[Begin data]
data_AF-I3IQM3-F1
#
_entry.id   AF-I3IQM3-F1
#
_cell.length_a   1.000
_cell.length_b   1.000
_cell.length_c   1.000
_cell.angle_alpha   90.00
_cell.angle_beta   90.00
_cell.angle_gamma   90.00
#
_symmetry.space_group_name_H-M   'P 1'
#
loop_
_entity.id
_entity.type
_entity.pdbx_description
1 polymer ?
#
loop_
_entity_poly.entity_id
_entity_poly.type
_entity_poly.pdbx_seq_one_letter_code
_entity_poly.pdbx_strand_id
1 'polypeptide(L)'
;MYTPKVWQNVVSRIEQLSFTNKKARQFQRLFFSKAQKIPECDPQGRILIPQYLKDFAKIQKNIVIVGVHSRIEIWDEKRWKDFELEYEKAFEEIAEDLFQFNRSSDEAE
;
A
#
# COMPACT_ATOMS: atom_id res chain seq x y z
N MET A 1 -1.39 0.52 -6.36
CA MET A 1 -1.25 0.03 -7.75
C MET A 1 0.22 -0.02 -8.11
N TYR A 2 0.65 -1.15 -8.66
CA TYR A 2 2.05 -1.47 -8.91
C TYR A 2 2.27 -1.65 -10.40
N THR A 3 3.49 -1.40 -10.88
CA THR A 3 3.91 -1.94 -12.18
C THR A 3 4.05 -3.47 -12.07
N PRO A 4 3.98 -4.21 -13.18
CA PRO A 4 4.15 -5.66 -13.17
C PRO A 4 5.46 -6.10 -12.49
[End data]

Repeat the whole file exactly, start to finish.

data_AF-I3IQM3-F1
#
_entry.id   AF-I3IQM3-F1
#
_cell.length_a   1.000
_cell.length_b   1.000
_cell.length_c   1.000
_cell.angle_alpha   90.00
_cell.angle_beta   90.00
_cell.angle_gamma   90.00
#
_symmetry.space_group_name_H-M   'P 1'
#
loop_
_entity.id
_entity.type
_entity.pdbx_description
1 polymer ?
#
loop_
_entity_poly.entity_id
_entity_poly.type
_entity_poly.pdbx_seq_one_letter_code
_entity_poly.pdbx_strand_id
1 'polypeptide(L)'
;MYTPKVWQNVVSRIEQLSFTNKKARQFQRLFFSKAQKIPECDPQGRILIPQYLKDFAKIQKNIVIVGVHSRIEIWDEKRWKDFELEYEKAFEEIAEDLFQFNRSSDEAE
;
A
#
# COMPACT_ATOMS: atom_id res chain seq x y z
N MET A 1 -1.39 0.52 -6.36
CA MET A 1 -1.25 0.03 -7.75
C MET A 1 0.22 -0.02 -8.11
N TYR A 2 0.65 -1.15 -8.66
CA TYR A 2 2.05 -1.47 -8.91
C TYR A 2 2.27 -1.65 -10.40
N THR A 3 3.49 -1.40 -10.88
CA THR A 3 3.91 -1.94 -12.18
C THR A 3 4.05 -3.47 -12.07
N PRO A 4 3.98 -4.21 -13.18
CA PRO A 4 4.15 -5.66 -13.17
C PRO A 4 5.46 -6.10 -12.49